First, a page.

You've been a Baidu boy! Tech giant caught cheating on AI tests
Looks like they may need to start developing some non-artificial integrity
Baidu has been shot in its liquid metal head for cheating in a standardised and independent Artificial Intelligence test.
Hosted by Stanford University's vision lab, the Large Scale Visual Recognition Challenge (ILSVRC) saw Baidu's algorithms compete alongside those from Google, Microsoft, Apple and Facebook's FART, among others.
The Register spoke to Dr Sean Holden, senior lecturer in machine learning at Cambridge University, about the relationship between image recognition and what is classically considered AI.
"Historically, image recognition has had a very big part in artificial intelligence research, and it has taken big steps forward recently," said Dr Holden. "If you want to take an image and work out what's in it, there's loads of relevant research tucked into that, whether it's finding edges or creating Bayesian 3D models, it's quite a huge field."
"The thing is, most AI research actually isn't really working on the entire field of AI," says Dr Holden, at least not in the sense of creating general intelligence. "Human-like performance," Holden explained, "is too hard, it's too difficult to focus on."
It is hoped a technological advantage in the efficiency of an image-recognition algorithm would eventually result in a commercial advantage, though companies are still largely hovering at an error rate of around five per cent.
Baidu had claimed to have scored a record-low error rate in the image recognition tests of 4.58 per cent. Google, in comparison, hit a 4.8 per cent error rate, while Microsoft achieved 4.94 per cent.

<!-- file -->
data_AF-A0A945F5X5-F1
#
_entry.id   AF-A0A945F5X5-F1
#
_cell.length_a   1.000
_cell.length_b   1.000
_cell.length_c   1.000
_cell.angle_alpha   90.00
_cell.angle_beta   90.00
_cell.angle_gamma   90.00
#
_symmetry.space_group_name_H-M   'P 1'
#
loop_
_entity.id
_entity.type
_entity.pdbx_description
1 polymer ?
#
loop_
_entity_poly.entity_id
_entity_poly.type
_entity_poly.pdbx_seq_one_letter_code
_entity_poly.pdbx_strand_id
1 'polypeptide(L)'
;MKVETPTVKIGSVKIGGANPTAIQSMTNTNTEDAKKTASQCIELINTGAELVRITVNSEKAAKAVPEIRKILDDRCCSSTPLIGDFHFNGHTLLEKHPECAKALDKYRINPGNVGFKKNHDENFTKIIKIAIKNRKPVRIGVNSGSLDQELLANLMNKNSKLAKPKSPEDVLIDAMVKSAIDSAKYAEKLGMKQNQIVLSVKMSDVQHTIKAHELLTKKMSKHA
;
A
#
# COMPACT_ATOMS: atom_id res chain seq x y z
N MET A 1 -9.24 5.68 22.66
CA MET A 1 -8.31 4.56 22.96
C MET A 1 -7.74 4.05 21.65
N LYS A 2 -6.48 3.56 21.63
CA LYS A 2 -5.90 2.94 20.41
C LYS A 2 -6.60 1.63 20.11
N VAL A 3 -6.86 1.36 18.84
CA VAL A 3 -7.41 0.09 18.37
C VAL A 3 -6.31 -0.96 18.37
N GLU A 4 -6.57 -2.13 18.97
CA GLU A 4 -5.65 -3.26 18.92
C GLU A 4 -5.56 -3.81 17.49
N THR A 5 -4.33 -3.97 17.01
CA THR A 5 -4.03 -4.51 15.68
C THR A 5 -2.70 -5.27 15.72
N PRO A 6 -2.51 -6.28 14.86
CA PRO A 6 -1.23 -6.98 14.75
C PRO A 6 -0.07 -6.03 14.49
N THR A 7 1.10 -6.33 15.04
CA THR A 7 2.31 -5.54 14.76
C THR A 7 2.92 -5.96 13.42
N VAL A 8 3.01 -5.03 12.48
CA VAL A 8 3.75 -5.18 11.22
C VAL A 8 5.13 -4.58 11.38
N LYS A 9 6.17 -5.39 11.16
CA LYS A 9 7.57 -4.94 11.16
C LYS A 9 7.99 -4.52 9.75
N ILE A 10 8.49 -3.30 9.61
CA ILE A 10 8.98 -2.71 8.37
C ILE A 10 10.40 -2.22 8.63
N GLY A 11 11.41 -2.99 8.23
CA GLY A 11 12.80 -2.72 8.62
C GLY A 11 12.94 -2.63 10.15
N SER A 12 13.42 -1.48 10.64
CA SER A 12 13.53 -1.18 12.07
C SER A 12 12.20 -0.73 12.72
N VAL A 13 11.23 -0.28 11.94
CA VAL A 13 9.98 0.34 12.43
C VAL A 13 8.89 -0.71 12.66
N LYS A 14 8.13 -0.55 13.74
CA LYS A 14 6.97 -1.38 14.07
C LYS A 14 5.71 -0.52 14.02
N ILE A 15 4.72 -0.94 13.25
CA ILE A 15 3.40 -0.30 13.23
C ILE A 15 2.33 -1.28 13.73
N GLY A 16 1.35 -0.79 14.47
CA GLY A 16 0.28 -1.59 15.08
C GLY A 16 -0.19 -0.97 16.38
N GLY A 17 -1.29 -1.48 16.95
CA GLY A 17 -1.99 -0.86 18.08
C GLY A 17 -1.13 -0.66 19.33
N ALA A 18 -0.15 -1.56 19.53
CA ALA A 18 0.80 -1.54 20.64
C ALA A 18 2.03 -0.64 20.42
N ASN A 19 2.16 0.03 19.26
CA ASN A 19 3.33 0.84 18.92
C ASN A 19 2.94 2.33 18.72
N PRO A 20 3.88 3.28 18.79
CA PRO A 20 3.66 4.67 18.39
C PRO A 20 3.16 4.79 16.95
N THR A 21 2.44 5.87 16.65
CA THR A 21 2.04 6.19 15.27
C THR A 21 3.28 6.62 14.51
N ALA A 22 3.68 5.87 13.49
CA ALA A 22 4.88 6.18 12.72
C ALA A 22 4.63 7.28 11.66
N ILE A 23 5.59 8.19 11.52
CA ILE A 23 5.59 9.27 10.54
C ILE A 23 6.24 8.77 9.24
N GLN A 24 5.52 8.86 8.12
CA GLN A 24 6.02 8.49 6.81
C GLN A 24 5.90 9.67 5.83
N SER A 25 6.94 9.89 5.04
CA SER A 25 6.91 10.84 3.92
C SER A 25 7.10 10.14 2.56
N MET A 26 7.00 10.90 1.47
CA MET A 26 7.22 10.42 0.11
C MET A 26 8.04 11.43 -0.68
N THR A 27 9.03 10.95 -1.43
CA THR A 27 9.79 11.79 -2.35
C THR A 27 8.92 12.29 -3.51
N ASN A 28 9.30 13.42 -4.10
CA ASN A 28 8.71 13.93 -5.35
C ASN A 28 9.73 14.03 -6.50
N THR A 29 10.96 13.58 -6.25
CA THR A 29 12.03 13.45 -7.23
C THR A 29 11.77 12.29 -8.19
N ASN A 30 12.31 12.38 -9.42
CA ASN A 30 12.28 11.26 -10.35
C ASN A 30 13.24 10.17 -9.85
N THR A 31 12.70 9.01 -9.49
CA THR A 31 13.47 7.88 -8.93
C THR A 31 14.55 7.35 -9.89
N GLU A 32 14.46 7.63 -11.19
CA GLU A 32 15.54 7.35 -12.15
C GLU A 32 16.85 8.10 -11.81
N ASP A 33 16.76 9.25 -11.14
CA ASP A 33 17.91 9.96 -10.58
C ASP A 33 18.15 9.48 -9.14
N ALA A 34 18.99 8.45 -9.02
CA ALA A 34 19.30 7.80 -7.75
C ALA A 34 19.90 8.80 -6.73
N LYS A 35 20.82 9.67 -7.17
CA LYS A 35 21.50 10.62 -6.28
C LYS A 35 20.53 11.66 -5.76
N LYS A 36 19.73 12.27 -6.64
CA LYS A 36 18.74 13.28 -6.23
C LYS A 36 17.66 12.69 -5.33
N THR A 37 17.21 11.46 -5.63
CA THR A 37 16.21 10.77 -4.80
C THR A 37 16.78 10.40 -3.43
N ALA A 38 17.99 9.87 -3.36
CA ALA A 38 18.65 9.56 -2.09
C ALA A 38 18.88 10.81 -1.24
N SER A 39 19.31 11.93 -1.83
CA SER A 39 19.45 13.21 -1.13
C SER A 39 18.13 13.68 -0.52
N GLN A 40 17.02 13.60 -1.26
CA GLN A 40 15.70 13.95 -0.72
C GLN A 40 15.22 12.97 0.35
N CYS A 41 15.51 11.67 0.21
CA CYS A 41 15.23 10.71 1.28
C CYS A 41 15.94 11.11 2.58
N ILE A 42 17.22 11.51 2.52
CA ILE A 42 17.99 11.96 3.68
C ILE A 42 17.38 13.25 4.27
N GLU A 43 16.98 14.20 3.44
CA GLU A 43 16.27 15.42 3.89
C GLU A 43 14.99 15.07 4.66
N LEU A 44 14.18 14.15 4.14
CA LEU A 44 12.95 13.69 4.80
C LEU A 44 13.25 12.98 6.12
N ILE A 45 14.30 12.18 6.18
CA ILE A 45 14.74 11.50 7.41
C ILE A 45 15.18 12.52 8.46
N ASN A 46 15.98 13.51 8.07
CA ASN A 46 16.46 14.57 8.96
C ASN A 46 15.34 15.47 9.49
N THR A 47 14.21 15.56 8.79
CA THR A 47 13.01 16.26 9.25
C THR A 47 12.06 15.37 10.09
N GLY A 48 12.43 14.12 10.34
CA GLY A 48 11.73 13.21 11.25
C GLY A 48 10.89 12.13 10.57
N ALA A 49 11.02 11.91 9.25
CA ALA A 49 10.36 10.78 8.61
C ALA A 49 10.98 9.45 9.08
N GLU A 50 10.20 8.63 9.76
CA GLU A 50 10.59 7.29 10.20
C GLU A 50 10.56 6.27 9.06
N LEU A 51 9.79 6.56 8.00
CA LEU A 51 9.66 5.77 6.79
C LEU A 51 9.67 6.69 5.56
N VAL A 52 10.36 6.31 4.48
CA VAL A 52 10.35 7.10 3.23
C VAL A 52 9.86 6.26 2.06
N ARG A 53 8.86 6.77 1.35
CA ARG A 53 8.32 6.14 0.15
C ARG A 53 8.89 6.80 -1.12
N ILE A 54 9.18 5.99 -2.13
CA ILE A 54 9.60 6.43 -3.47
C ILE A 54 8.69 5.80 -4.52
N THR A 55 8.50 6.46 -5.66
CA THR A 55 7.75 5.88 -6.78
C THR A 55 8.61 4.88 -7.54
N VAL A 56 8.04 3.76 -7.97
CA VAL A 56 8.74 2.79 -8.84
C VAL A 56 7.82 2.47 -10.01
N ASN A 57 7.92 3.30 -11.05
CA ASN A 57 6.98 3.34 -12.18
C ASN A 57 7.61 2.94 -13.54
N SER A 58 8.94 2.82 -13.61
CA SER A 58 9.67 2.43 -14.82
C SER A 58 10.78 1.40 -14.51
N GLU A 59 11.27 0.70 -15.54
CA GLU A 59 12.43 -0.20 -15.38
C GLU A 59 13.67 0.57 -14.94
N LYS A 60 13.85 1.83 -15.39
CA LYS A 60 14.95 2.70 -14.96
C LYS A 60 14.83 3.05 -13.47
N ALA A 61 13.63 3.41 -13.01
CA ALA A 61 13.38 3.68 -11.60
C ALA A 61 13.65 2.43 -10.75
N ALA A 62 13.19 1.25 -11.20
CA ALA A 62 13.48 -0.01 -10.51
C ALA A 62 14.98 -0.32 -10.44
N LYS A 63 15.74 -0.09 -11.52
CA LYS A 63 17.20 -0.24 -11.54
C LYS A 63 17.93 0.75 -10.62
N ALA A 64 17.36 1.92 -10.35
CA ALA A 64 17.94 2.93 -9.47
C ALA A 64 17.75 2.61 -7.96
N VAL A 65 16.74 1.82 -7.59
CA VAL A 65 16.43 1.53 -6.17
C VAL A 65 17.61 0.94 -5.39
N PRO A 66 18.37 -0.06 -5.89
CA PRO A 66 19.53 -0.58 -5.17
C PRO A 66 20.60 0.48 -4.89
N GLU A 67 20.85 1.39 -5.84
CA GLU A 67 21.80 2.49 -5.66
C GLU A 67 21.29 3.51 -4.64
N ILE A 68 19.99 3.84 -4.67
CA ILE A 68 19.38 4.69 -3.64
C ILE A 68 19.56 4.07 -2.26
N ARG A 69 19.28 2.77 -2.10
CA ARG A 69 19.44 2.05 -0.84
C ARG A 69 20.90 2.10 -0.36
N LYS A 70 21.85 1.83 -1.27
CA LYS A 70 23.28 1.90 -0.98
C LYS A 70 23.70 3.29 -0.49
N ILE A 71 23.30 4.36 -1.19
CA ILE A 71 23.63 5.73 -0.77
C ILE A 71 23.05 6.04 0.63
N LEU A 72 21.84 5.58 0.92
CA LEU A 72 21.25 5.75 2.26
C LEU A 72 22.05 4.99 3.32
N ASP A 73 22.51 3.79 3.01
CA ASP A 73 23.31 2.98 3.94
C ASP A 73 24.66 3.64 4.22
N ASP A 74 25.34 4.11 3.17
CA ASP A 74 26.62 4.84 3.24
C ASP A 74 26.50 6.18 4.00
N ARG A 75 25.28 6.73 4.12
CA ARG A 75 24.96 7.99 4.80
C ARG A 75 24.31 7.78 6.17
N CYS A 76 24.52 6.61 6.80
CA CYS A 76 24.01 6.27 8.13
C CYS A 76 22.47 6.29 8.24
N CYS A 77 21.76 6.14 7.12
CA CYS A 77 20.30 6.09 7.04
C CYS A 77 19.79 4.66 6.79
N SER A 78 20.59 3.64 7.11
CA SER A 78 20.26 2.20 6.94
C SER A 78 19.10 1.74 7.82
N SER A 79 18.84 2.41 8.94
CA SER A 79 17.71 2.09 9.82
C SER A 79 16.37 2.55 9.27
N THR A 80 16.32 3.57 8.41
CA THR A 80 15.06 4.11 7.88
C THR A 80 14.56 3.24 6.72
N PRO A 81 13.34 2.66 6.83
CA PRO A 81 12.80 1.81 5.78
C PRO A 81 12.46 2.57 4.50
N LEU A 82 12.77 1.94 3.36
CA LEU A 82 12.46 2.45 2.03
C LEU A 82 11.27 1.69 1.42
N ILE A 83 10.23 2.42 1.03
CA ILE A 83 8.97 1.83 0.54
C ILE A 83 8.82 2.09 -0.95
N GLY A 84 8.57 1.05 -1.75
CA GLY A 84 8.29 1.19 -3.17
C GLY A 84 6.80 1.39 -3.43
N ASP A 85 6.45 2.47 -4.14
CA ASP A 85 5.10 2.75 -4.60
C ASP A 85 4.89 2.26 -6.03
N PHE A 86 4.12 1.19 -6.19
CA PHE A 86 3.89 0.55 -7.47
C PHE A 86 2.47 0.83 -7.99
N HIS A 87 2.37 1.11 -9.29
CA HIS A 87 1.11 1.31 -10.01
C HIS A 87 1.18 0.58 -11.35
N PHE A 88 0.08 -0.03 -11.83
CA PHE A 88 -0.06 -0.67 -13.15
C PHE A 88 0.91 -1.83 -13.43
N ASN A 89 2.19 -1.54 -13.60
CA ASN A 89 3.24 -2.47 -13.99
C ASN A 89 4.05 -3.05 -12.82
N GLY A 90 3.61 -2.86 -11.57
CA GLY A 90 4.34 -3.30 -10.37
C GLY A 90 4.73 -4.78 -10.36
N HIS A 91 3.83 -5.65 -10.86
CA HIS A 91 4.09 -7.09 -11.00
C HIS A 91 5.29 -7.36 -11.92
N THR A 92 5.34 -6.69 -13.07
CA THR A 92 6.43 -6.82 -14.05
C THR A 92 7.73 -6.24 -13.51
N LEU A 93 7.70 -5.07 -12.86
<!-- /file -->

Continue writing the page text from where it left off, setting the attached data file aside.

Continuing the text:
The ILSVRC organisers announced in May that one group had circumvented their testing policy by creating and using multiple accounts to run more evaluations every week than their competitors. An updated note identifies this group as Baidu.
A statement from Baidu's Heterogeneous Computing team states that "recently the ILSVRC organizers contacted [us] to inform us that we exceeded the allowable number of weekly submissions to the ImageNet servers (~ 200 submissions during the lifespan of our project)."
"We apologize for this mistake and are continuing to review the results. We have added a note to our research paper, Deep Image: Scaling up Image Recognition [arxiv], and will continue to provide relevant updates as we learn more."
The apology, which is directed at the ILSVRC community, acknowledges "the mistake" and claims they are "staunch supporters of fairness and transparency in the ImageNet Challenge and are committed to the integrity of the scientific process".
With the arena of image recognition to one side, Dr Holden explained developments in Skynet-style AI to us. "Basically, general intelligence is a very long way away. The more you learn about neuroscience, about how the human brain works – it's not happening in my lifetime. In a long enough timeline, yes, but I'm not holding my breath." ®